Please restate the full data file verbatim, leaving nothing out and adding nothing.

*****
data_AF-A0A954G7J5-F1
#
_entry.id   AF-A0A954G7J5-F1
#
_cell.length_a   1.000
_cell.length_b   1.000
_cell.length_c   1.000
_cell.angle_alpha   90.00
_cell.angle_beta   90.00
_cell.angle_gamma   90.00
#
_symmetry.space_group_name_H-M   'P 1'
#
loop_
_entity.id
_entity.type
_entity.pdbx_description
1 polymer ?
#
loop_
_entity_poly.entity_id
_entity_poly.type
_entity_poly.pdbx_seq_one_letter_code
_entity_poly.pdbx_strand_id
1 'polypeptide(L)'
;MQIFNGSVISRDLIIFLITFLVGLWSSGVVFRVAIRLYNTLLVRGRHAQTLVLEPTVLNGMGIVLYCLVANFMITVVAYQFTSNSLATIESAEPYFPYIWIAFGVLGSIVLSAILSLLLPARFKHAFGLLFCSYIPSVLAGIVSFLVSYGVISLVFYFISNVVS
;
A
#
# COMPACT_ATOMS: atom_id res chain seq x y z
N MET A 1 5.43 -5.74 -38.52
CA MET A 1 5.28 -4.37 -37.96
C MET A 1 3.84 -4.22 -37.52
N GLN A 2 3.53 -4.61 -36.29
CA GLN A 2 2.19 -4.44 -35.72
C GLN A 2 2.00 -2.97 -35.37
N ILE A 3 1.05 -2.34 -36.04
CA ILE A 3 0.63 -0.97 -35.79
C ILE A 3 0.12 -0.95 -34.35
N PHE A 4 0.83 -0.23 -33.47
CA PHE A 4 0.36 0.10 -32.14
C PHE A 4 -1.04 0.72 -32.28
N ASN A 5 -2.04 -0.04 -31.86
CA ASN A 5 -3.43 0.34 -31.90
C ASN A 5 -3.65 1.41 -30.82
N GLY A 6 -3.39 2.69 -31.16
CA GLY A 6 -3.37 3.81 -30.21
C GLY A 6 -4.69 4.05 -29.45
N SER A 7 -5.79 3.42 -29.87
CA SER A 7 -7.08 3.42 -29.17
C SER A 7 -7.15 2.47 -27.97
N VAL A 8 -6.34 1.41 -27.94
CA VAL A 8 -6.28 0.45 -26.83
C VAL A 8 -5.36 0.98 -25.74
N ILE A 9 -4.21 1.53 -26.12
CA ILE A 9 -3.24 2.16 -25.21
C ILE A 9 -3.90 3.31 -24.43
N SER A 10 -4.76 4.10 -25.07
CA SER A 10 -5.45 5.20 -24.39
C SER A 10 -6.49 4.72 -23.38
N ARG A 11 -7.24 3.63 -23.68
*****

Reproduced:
data_AF-A0A954G7J5-F1
#
_entry.id   AF-A0A954G7J5-F1
#
_cell.length_a   1.000
_cell.length_b   1.000
_cell.length_c   1.000
_cell.angle_alpha   90.00
_cell.angle_beta   90.00
_cell.angle_gamma   90.00
#
_symmetry.space_group_name_H-M   'P 1'
#
loop_
_entity.id
_entity.type
_entity.pdbx_description
1 polymer ?
#
loop_
_entity_poly.entity_id
_entity_poly.type
_entity_poly.pdbx_seq_one_letter_code
_entity_poly.pdbx_strand_id
1 'polypeptide(L)'
;MQIFNGSVISRDLIIFLITFLVGLWSSGVVFRVAIRLYNTLLVRGRHAQTLVLEPTVLNGMGIVLYCLVANFMITVVAYQFTSNSLATIESAEPYFPYIWIAFGVLGSIVLSAILSLLLPARFKHAFGLLFCSYIPSVLAGIVSFLVSYGVISLVFYFISNVVS
;
A
#
# COMPACT_ATOMS: atom_id res chain seq x y z
N MET A 1 5.43 -5.74 -38.52
CA MET A 1 5.28 -4.37 -37.96
C MET A 1 3.84 -4.22 -37.52
N GLN A 2 3.53 -4.61 -36.29
CA GLN A 2 2.19 -4.44 -35.72
C GLN A 2 2.00 -2.97 -35.37
N ILE A 3 1.05 -2.34 -36.04
CA ILE A 3 0.63 -0.97 -35.79
C ILE A 3 0.12 -0.95 -34.35
N PHE A 4 0.83 -0.23 -33.47
CA PHE A 4 0.36 0.10 -32.14
C PHE A 4 -1.04 0.72 -32.28
N ASN A 5 -2.04 -0.04 -31.86
CA ASN A 5 -3.43 0.34 -31.90
C ASN A 5 -3.65 1.41 -30.82
N GLY A 6 -3.39 2.69 -31.16
CA GLY A 6 -3.37 3.81 -30.21
C GLY A 6 -4.69 4.05 -29.45
N SER A 7 -5.79 3.42 -29.87
CA SER A 7 -7.08 3.42 -29.17
C SER A 7 -7.15 2.47 -27.97
N VAL A 8 -6.34 1.41 -27.94
CA VAL A 8 -6.28 0.45 -26.83
C VAL A 8 -5.36 0.98 -25.74
N ILE A 9 -4.21 1.53 -26.12
CA ILE A 9 -3.24 2.16 -25.21
C ILE A 9 -3.90 3.31 -24.43
N SER A 10 -4.76 4.10 -25.07
CA SER A 10 -5.45 5.20 -24.39
C SER A 10 -6.49 4.72 -23.38
N ARG A 11 -7.24 3.63 -23.68